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Why we need a circular economy

An attractive proposition for business and the economy.

The world’s population is expected to peak at 10bn in 2050. Our resources, the earth’s raw materials, are not limitless.

As a result, global labour and raw material costs are on the increase.

Circular economy business opportunities can offer new ways to mitigate these risks to allow your business to grow and diversify. In a circular economy, products and materials keep circulating in a high value state of use, through supply chains, for as long as possible.

For this reason, “making things last” is a moral, environmental and economic imperative. 

Moving to a circular economy will contribute to the Scottish Government’s aim of sustainable economic growth.  It has the potential to increase productivity and create jobs, whilst reducing carbon emissions and preserving valuable raw materials.

Developing a circular economy in Scotland will help to protect our economy against exposure to resource supply risks and volatile commodity prices. By keeping products and materials in use in Scotland for longer we will be more resilient to global resource pressures.

In 2015, the Scottish Government launched its first Circular Economy Strategy for Scotland titled “Making Things Last” in which the priorities for moving towards a more circular economy were set out.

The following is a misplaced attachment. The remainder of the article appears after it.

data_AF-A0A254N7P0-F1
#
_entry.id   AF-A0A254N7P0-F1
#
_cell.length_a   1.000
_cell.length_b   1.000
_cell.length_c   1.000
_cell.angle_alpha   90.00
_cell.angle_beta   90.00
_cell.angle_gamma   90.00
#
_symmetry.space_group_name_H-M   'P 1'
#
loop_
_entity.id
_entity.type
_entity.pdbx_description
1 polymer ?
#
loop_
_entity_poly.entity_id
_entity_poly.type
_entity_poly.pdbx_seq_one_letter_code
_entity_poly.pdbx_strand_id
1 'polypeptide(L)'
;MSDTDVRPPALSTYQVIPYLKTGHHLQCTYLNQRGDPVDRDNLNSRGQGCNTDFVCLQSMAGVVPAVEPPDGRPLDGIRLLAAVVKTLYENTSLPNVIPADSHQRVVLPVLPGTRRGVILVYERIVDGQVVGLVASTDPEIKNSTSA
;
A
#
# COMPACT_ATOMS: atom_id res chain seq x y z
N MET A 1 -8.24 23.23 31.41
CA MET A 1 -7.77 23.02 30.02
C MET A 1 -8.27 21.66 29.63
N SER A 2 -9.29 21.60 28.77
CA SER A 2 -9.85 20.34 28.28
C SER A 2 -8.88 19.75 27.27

The four priority areas identified for action were:

  • Food and drink (and the wider bioeconomy),
  • Remanufacture,
  • Construction,
  • Energy infrastructure 

The benefits

The main benefit of having a circular economy is the same as the reason why it is needed: that once operational, a circular economy is a practical solution to the world’s emerging resource crisis.

Evidence suggests that adopting the circular economy could be worth up to £1.5bn to Scotland’s economy and save around 11 million tonnes of greenhouse gases per year by 2050.  

Benefits to business include increased productivity, resilience and innovation

The circular economy is a £3 billon opportunity for business offering:

  • A solution to resource scarcity
  • Sustainable economic growth
  • Additional income generation opportunities
  • Less exposure to volatile commodity prices and resource supply risks
  • Efficient production and reduced costs
  • Strong and loyal customer relationships
  • Stimulating product and supply chain innovation
  • Job creation through a wider range of customer services

Benefits for consumers and wider society

  • Lower priced goods e.g. clothing, food and drinks
  • Job creation and new jobs requiring new skills
  • Less waste going to landfill
  • Producer responsibility for waste – putting the onus on the manufacturer to dispose of waste instead of the consumer for a whole range of products has the potential to significantly influence producer and consumer choices, levering actions that would contribute to a more circular economy
  • Carbon savings now and for future generations 
A growing call for change…

Key experts in business development, economic growth and the field of circular economy thinking agree.  Here’s why it matters to them: 

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